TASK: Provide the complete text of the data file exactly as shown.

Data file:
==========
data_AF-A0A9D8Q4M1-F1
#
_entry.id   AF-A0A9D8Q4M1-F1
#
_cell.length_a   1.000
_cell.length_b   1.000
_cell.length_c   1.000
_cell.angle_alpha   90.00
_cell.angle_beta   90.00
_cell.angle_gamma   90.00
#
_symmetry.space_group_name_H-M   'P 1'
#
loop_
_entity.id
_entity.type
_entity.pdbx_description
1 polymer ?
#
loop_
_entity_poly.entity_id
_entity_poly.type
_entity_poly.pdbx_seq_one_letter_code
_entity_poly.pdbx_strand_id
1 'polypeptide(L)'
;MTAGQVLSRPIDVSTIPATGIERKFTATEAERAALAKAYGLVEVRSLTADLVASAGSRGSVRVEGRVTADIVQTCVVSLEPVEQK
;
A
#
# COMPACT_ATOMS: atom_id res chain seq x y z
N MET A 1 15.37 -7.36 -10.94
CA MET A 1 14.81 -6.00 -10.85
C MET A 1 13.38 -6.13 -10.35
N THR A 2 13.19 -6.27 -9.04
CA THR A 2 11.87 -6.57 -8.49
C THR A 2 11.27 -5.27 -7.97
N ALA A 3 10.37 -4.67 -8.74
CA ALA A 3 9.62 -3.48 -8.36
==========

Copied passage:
data_AF-A0A9D8Q4M1-F1
#
_entry.id   AF-A0A9D8Q4M1-F1
#
_cell.length_a   1.000
_cell.length_b   1.000
_cell.length_c   1.000
_cell.angle_alpha   90.00
_cell.angle_beta   90.00
_cell.angle_gamma   90.00
#
_symmetry.space_group_name_H-M   'P 1'
#
loop_
_entity.id
_entity.type
_entity.pdbx_description
1 polymer ?
#
loop_
_entity_poly.entity_id
_entity_poly.type
_entity_poly.pdbx_seq_one_letter_code
_entity_poly.pdbx_strand_id
1 'polypeptide(L)'
;MTAGQVLSRPIDVSTIPATGIERKFTATEAERAALAKAYGLVEVRSLTADLVASAGSRGSVRVEGRVTADIVQTCVVSLEPVEQK
;
A
#
# COMPACT_ATOMS: atom_id res chain seq x y z
N MET A 1 15.37 -7.36 -10.94
CA MET A 1 14.81 -6.00 -10.85
C MET A 1 13.38 -6.13 -10.35
N THR A 2 13.19 -6.27 -9.04
CA THR A 2 11.87 -6.57 -8.49
C THR A 2 11.27 -5.27 -7.97
N ALA A 3 10.37 -4.67 -8.74
CA ALA A 3 9.62 -3.48 -8.36